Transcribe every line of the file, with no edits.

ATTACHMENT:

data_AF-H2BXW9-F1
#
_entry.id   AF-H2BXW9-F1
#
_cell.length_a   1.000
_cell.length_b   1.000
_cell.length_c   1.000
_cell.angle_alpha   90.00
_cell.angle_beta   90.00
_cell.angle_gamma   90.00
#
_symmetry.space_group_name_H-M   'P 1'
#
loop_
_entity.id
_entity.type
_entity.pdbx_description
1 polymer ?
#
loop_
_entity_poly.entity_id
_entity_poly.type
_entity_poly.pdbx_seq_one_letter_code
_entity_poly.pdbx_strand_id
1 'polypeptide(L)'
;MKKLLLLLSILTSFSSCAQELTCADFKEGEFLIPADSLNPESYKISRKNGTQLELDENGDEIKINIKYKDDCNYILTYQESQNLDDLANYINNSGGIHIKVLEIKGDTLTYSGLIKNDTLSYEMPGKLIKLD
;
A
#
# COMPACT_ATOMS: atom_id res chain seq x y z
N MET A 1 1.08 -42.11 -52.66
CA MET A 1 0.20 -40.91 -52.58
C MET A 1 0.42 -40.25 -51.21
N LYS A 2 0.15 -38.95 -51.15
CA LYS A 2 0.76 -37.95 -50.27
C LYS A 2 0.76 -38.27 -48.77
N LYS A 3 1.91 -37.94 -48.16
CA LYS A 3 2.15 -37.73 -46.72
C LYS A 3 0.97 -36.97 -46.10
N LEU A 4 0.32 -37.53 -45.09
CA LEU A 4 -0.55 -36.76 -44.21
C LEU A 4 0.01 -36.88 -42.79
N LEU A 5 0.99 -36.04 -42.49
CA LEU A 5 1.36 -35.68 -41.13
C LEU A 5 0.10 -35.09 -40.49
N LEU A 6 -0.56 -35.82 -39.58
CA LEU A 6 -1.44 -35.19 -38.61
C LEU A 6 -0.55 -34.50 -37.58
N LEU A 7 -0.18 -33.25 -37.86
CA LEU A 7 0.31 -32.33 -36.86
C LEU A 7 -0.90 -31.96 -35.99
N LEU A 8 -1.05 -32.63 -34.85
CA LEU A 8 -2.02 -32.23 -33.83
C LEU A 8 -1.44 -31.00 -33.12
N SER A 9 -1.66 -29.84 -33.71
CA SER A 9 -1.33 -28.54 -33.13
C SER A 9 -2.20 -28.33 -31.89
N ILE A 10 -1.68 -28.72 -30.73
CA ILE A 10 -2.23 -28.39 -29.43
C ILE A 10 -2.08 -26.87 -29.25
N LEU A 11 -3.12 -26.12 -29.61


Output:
data_AF-H2BXW9-F1
#
_entry.id   AF-H2BXW9-F1
#
_cell.length_a   1.000
_cell.length_b   1.000
_cell.length_c   1.000
_cell.angle_alpha   90.00
_cell.angle_beta   90.00
_cell.angle_gamma   90.00
#
_symmetry.space_group_name_H-M   'P 1'
#
loop_
_entity.id
_entity.type
_entity.pdbx_description
1 polymer ?
#
loop_
_entity_poly.entity_id
_entity_poly.type
_entity_poly.pdbx_seq_one_letter_code
_entity_poly.pdbx_strand_id
1 'polypeptide(L)'
;MKKLLLLLSILTSFSSCAQELTCADFKEGEFLIPADSLNPESYKISRKNGTQLELDENGDEIKINIKYKDDCNYILTYQESQNLDDLANYINNSGGIHIKVLEIKGDTLTYSGLIKNDTLSYEMPGKLIKLD
;
A
#
# COMPACT_ATOMS: atom_id res chain seq x y z
N MET A 1 1.08 -42.11 -52.66
CA MET A 1 0.20 -40.91 -52.58
C MET A 1 0.42 -40.25 -51.21
N LYS A 2 0.15 -38.95 -51.15
CA LYS A 2 0.76 -37.95 -50.27
C LYS A 2 0.76 -38.27 -48.77
N LYS A 3 1.91 -37.94 -48.16
CA LYS A 3 2.15 -37.73 -46.72
C LYS A 3 0.97 -36.97 -46.10
N LEU A 4 0.32 -37.53 -45.09
CA LEU A 4 -0.55 -36.76 -44.21
C LEU A 4 0.01 -36.88 -42.79
N LEU A 5 0.99 -36.04 -42.49
CA LEU A 5 1.36 -35.68 -41.13
C LEU A 5 0.10 -35.09 -40.49
N LEU A 6 -0.56 -35.82 -39.58
CA LEU A 6 -1.44 -35.19 -38.61
C LEU A 6 -0.55 -34.50 -37.58
N LEU A 7 -0.18 -33.25 -37.86
CA LEU A 7 0.31 -32.33 -36.86
C LEU A 7 -0.90 -31.96 -35.99
N LEU A 8 -1.05 -32.63 -34.85
CA LEU A 8 -2.02 -32.23 -33.83
C LEU A 8 -1.44 -31.00 -33.12
N SER A 9 -1.66 -29.84 -33.71
CA SER A 9 -1.33 -28.54 -33.13
C SER A 9 -2.20 -28.33 -31.89
N ILE A 10 -1.68 -28.72 -30.73
CA ILE A 10 -2.23 -28.39 -29.43
C ILE A 10 -2.08 -26.87 -29.25
N LEU A 11 -3.12 -26.12 -29.61